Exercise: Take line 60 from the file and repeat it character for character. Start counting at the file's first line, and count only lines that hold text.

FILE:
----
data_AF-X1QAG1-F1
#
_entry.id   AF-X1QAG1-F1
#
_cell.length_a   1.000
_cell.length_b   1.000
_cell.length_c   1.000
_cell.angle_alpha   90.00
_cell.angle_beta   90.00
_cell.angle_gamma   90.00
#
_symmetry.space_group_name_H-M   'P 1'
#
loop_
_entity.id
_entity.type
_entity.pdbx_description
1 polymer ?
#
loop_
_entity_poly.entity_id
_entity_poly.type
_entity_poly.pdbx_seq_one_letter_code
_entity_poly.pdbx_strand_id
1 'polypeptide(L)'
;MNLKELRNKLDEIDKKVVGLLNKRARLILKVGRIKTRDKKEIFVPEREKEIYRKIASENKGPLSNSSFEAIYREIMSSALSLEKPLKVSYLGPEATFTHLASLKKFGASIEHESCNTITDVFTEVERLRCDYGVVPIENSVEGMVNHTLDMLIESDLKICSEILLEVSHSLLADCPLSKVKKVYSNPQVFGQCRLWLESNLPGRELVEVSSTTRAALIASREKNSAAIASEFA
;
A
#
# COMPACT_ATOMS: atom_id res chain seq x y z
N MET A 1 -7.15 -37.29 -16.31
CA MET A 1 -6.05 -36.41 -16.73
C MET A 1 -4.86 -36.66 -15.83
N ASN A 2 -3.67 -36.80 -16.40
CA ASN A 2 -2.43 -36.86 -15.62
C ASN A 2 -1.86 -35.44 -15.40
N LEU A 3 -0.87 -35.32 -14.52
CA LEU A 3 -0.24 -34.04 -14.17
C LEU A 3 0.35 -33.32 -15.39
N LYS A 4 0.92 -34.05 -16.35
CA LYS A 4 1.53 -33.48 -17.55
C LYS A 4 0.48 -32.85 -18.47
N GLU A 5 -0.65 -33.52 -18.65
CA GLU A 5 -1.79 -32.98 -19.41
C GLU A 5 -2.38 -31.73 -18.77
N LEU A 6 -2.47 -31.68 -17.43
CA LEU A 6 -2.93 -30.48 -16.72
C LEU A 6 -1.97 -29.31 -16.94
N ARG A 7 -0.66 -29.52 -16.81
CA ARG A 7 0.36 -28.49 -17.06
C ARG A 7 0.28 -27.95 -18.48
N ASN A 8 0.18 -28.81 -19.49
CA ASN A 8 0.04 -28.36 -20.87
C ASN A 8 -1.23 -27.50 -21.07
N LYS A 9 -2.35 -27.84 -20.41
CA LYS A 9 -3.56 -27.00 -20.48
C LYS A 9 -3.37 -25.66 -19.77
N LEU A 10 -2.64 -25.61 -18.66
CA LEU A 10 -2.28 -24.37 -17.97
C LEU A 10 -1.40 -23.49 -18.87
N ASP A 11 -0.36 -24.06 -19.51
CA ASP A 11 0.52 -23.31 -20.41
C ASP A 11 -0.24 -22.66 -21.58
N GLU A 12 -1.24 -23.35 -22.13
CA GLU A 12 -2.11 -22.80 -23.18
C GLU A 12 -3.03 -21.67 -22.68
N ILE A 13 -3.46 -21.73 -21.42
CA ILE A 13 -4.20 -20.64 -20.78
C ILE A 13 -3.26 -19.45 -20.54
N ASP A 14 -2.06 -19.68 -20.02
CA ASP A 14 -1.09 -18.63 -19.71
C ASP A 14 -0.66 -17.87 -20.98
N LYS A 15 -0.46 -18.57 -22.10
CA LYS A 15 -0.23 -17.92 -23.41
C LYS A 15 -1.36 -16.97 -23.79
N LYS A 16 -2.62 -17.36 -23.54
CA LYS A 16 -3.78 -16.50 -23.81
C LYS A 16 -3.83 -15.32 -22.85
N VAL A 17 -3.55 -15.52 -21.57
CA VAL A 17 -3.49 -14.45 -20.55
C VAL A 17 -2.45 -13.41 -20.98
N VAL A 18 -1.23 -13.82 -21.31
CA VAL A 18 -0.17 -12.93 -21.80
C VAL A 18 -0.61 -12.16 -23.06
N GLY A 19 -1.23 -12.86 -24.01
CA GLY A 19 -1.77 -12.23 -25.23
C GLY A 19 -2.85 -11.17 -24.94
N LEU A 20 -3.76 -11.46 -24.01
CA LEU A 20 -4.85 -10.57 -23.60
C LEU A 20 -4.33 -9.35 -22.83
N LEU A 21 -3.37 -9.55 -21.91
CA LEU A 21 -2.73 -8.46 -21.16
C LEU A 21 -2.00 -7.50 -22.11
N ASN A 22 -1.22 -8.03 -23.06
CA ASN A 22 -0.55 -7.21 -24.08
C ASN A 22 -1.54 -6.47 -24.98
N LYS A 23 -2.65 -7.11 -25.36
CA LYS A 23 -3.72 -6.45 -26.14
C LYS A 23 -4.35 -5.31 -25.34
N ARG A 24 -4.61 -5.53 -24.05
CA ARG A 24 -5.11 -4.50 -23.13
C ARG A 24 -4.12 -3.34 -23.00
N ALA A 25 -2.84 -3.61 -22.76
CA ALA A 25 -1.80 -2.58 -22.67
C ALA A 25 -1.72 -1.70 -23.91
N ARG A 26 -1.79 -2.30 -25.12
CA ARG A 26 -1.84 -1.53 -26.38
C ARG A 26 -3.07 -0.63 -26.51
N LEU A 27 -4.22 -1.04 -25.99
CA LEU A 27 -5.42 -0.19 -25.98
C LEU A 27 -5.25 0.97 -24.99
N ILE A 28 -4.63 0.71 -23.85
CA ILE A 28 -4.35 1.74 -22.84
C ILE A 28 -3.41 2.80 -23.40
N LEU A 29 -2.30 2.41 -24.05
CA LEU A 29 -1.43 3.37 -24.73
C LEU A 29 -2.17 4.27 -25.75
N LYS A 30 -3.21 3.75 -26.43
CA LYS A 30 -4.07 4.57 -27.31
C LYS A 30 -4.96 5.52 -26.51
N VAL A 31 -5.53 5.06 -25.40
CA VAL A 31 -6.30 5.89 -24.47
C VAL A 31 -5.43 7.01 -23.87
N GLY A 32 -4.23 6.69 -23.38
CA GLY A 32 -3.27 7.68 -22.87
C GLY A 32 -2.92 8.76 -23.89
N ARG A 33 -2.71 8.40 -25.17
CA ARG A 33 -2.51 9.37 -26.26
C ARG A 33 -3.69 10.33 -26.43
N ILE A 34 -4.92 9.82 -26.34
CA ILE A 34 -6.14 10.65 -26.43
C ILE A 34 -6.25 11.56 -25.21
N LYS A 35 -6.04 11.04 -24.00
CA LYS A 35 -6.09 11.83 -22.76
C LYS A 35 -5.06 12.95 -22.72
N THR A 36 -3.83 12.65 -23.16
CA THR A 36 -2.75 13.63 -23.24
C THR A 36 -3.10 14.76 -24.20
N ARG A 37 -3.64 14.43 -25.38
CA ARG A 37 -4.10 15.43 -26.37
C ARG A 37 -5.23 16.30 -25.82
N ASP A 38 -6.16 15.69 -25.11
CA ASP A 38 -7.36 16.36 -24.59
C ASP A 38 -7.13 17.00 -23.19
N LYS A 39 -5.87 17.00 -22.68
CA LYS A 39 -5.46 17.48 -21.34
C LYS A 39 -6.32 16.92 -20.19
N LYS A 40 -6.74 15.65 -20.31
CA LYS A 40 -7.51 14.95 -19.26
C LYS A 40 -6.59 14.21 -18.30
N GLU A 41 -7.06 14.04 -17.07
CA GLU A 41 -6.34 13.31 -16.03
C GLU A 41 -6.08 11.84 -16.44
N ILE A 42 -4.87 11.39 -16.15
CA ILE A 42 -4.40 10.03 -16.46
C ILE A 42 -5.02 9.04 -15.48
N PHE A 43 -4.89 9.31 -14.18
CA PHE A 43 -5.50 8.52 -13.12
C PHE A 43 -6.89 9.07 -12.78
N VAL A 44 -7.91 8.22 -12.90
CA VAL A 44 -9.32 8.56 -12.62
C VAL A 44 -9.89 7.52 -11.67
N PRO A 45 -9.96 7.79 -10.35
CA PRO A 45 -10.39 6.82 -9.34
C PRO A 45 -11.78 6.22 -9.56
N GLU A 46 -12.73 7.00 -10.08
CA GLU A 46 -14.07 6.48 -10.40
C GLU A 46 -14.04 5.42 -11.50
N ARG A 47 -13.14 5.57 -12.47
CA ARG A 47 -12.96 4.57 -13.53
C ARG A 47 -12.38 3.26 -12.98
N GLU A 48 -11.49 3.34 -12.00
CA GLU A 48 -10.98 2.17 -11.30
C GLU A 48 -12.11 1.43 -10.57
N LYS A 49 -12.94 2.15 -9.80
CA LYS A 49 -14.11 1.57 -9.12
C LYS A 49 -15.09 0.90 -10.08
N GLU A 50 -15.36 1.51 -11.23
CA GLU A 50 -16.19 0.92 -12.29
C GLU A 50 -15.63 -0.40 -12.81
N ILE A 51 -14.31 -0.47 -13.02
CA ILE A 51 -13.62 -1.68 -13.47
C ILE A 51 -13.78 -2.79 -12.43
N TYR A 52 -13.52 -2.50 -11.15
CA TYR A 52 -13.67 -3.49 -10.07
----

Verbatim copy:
C LEU A 10 -1.40 -23.49 -18.87